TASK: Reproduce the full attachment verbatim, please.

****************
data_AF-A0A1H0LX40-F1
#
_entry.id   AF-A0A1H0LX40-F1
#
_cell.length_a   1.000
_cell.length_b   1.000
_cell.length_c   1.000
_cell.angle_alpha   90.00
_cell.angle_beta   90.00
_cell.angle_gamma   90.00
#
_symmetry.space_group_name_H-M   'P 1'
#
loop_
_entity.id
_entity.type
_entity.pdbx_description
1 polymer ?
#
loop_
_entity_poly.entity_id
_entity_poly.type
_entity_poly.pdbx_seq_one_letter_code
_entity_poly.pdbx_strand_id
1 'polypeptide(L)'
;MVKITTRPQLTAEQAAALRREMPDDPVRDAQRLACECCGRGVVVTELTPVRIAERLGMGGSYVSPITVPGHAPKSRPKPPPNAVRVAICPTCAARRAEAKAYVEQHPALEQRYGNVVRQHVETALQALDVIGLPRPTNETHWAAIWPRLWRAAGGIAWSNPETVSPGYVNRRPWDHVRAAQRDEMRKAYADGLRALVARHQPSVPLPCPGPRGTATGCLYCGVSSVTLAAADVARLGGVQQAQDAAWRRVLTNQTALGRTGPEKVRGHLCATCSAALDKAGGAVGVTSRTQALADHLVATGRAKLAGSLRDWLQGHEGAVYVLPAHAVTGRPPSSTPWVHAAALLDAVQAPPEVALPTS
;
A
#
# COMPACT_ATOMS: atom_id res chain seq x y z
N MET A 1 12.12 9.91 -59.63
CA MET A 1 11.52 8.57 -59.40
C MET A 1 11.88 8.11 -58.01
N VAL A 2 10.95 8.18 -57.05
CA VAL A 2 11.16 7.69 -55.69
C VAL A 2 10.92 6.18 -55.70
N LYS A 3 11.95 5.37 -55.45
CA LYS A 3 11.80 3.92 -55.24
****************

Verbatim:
data_AF-A0A1H0LX40-F1
#
_entry.id   AF-A0A1H0LX40-F1
#
_cell.length_a   1.000
_cell.length_b   1.000
_cell.length_c   1.000
_cell.angle_alpha   90.00
_cell.angle_beta   90.00
_cell.angle_gamma   90.00
#
_symmetry.space_group_name_H-M   'P 1'
#
loop_
_entity.id
_entity.type
_entity.pdbx_description
1 polymer ?
#
loop_
_entity_poly.entity_id
_entity_poly.type
_entity_poly.pdbx_seq_one_letter_code
_entity_poly.pdbx_strand_id
1 'polypeptide(L)'
;MVKITTRPQLTAEQAAALRREMPDDPVRDAQRLACECCGRGVVVTELTPVRIAERLGMGGSYVSPITVPGHAPKSRPKPPPNAVRVAICPTCAARRAEAKAYVEQHPALEQRYGNVVRQHVETALQALDVIGLPRPTNETHWAAIWPRLWRAAGGIAWSNPETVSPGYVNRRPWDHVRAAQRDEMRKAYADGLRALVARHQPSVPLPCPGPRGTATGCLYCGVSSVTLAAADVARLGGVQQAQDAAWRRVLTNQTALGRTGPEKVRGHLCATCSAALDKAGGAVGVTSRTQALADHLVATGRAKLAGSLRDWLQGHEGAVYVLPAHAVTGRPPSSTPWVHAAALLDAVQAPPEVALPTS
;
A
#
# COMPACT_ATOMS: atom_id res chain seq x y z
N MET A 1 12.12 9.91 -59.63
CA MET A 1 11.52 8.57 -59.40
C MET A 1 11.88 8.11 -58.01
N VAL A 2 10.95 8.18 -57.05
CA VAL A 2 11.16 7.69 -55.69
C VAL A 2 10.92 6.18 -55.70
N LYS A 3 11.95 5.37 -55.45
CA LYS A 3 11.80 3.92 -55.24